Even as the Bharatiya Janata Party (BJP) cadres burst firecrackers and beat drums to celebrate Narendra Modi's nomination as the party's prime ministerial candidate, it was in the quiet environs of the Rashtriya Swayamsevak Sangh (RSS) headquarters in Nagpur where the mood must have been even more joyous.
For the first time since the BJP's formation three decades ago, the organization of Hindu supremacists has been able to launch someone on the road to national political power who is not only a former saffron pracharak (campaigner), but also a person who is expected by the RSS to render yeomen's service to the cause of Hindutva, or Hindu cultural nationalism.
Till now, the RSS had been prevented from achieving this objective by the reluctance of the BJP's foremost leaders of the last 20 years - Atal Bihari Vajpayee and L.K. Advani - to pursue a pro-Hindu agenda. Not only that, Vajpayee even shelved the three main points of the agenda - building the Ayodhya temple, scrapping Article 370 of the Constitution granting special status to Kashmir and introducing a uniform civil code for all religious communities in India.
The RSS believes that Modi does not have the urge for moderation which always characterized Vajpayee's conduct and later of Advani's as well. It is not for nothing, therefore, that the RSS pushed, prodded and pummeled the BJP leadership as never before to anoint Modi.
The eagerness of the RSS did not stem from an appreciation of Modi's development plank. The RSS is not bothered about the building of roads and bridges. Its preference for Modi dates back to the chief minister's controversial role in the 2002 riots, which made the Hindu middle class hail him for "teaching the Muslims a lesson".
Although Modi may have sought to divert attention from that chapter in his career by focussing on governance, both he himself and his hardcore supporters know that his USP (unique selling point) is his macho, no-nonsense personality dating from that period. This is the reason why the "Hindu hriday samrat" (king of Hindu hearts) has persistently refused to express regrets for that communal outbreak, which claimed 1,200 lives in official estimates, lest it should undermine his combative image.
As Modi faces the toughest challenge of his life, he may want to emphasize his "inclusive" outlook by pushing the riots further into the background - without apologizing for them, of course - but it is open to question whether the RSS will let him do so.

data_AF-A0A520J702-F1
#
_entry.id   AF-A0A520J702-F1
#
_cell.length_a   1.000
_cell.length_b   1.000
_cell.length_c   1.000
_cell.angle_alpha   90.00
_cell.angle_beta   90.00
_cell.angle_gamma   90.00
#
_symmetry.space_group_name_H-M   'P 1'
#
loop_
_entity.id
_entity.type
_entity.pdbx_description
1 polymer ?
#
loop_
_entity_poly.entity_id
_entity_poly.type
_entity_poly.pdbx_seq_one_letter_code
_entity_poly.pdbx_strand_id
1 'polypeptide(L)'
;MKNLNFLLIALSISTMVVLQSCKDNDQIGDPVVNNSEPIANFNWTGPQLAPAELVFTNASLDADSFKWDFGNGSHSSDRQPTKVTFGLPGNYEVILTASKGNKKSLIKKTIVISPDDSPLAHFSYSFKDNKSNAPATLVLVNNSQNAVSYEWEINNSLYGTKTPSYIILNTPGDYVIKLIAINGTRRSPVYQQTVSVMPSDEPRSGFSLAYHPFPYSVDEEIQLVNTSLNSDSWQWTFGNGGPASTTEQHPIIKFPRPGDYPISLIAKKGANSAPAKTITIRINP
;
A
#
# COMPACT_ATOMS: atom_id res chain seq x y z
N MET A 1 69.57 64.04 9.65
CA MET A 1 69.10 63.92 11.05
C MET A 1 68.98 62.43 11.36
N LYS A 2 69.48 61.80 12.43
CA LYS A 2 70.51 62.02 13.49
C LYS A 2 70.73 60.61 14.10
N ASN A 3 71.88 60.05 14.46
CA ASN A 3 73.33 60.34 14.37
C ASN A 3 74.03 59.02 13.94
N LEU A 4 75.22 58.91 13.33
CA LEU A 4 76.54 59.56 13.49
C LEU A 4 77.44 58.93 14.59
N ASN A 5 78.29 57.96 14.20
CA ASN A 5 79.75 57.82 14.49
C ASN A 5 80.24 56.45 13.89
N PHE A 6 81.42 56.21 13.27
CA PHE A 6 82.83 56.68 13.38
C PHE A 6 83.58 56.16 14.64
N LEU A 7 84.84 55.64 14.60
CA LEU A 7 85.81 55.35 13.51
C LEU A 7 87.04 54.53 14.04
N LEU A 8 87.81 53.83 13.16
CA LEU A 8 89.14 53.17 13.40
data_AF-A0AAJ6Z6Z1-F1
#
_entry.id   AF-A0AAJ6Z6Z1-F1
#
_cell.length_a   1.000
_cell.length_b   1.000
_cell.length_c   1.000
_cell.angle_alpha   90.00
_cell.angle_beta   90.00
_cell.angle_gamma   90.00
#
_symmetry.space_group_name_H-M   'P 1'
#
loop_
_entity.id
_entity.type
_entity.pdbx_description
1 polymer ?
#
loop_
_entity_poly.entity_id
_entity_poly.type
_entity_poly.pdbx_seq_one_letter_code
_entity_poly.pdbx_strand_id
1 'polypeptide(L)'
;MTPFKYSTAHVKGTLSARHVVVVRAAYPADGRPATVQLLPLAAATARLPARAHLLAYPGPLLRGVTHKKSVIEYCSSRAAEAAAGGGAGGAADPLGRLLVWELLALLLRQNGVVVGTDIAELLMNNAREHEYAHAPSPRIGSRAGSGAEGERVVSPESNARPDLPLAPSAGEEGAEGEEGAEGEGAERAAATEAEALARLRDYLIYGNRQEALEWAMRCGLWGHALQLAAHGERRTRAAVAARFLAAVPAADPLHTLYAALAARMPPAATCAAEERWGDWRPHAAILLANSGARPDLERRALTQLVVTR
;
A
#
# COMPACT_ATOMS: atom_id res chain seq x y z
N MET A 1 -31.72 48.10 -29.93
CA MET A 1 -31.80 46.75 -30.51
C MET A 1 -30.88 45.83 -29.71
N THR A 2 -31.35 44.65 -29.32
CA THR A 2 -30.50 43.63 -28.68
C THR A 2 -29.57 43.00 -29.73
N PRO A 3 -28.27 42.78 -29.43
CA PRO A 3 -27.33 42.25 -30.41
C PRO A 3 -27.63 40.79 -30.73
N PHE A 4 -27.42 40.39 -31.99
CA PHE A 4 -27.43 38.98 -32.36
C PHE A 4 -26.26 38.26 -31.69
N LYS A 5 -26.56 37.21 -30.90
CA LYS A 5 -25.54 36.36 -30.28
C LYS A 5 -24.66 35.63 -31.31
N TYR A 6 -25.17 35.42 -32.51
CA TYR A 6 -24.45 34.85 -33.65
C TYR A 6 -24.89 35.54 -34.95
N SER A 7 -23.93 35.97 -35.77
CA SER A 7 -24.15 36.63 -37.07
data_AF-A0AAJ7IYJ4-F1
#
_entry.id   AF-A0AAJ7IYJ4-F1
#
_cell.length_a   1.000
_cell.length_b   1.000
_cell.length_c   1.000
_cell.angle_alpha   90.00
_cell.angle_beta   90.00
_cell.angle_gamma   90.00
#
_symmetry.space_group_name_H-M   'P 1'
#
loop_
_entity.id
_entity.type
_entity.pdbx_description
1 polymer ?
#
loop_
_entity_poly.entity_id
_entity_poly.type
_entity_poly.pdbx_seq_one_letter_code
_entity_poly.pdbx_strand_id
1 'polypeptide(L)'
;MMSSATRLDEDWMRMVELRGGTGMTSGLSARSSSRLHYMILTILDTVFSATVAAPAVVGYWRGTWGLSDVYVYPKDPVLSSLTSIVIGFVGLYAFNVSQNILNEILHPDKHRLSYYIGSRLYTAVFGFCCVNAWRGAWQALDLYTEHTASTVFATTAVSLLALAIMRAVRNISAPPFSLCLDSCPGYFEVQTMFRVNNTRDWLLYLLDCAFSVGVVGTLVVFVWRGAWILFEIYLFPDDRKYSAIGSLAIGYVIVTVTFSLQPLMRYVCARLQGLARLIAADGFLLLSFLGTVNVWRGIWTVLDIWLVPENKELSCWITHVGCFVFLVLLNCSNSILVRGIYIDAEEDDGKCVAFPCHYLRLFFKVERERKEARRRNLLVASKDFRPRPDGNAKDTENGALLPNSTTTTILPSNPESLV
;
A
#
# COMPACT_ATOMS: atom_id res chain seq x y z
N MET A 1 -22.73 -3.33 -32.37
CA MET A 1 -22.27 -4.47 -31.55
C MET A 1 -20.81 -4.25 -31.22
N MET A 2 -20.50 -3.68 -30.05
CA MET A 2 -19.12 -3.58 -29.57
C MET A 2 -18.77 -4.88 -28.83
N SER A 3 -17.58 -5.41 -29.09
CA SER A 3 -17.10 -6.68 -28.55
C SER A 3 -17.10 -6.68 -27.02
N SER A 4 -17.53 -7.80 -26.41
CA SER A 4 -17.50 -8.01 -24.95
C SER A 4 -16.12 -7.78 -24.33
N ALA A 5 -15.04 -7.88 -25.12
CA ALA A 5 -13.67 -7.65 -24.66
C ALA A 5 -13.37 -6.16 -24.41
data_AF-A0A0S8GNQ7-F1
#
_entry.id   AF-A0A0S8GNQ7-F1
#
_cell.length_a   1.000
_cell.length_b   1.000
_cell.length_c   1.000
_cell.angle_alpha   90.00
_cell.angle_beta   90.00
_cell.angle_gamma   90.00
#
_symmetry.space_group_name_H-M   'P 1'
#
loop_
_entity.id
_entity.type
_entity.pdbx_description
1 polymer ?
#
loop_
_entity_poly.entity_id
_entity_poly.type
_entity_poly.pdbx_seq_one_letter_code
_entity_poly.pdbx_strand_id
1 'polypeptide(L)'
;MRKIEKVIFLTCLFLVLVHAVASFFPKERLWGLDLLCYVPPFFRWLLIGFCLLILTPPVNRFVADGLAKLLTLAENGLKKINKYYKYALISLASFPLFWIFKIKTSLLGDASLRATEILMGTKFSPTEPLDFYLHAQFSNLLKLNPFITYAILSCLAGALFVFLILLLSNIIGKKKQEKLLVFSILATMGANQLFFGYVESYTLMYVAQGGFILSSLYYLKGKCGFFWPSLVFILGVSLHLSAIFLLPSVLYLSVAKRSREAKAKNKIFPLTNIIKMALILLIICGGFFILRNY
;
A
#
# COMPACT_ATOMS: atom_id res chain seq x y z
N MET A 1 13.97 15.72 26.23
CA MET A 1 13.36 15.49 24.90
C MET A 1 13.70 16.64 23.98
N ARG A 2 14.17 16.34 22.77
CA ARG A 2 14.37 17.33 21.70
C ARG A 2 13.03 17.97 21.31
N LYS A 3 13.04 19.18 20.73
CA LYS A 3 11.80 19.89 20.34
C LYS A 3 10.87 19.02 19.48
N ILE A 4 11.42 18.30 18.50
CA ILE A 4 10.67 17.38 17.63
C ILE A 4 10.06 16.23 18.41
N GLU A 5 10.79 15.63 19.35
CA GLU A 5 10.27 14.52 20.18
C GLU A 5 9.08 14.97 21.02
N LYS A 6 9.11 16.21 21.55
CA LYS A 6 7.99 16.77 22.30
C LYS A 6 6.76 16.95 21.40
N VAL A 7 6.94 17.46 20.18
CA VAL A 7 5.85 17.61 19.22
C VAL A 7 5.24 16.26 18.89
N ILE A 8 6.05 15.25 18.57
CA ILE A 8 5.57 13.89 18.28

As the attempt of the Vishwa Hindu Parishad (VHP) to revive the temple issue (which was foiled by the U.P. government) showed, the saffron brotherhood seemed to believe that the reappearance of hardliner at the top provided an opportunity to the Hindutva warriors to return to the day of the Ayodhya agitation of the 1990s.
Instead of Advani who led the movement at the time, it is now Modi who is at the helm while the 85-year-old former 'rath yatri' (chariot rider), who was seen to have spearheaded the demolition of the Babri mosque at Ayodhya, is currently a forlorn figure, having failed in his attempt to forestall Modi's crowning.
No one knows, however, how long Advani will be shunned by his party for failing to read the "popular" mood. Much will depend on how Modi handles the RSS-inspired pro-Hindu campaigns of which the VHP has given some hints.
Apart from the temple issue, the VHP has raised a battle cry against the alleged seduction of Hindu girls by Muslims youths in what the Hindu outfit has described as "love jehad". Related to this campaign is one against beef-eating, which has made the VHP coin the slogan that the country and its women and cows will only be safe if Modi becomes the prime minister.
With friends such as these, Modi will not need enemies. But, it will take considerable tact, patience and determination on his part to defuse any possibility of a rise in the communal temperature, which is undoubtedly the last thing which the hero/villain of 2002 wants.
Unfortunately, Modi's skills in these respects haven't been tested. In Gujarat, he rode to power in three successive elections on the basis of pro-Hindu sentiments generated by communal tension. Although he has maintained a tight control on the situation for the last 10 years, it was in a state with which he was familiar.
Uttar Pradesh, however, is different. So, will be any other state where a drive against cow slaughter or Christian missionaries - two of the several targets of saffron storm-troopers - may create law and order problems.
Moreover, the RSS will not be amused if Modi acts or speaks against such outbreaks. After all, the head of the Sangh Parivar (the fraternity of pro-Hindu groups) couldn't have put in so much effort to boost Modi only to have him play the moderate card a la Vajpayee and Advani.
It will not be long, therefore, before the RSS and the VHP express their approval or disapproval of Modi. If it is the former, then Modi's reign will head towards a "disaster", as Advani told BJP president Rajnath Singh, since it will confirm all the standard fears about Modi.
If it is the latter, then Modi will find the ground slipping from under his feet with the RSS withdrawing its cadres.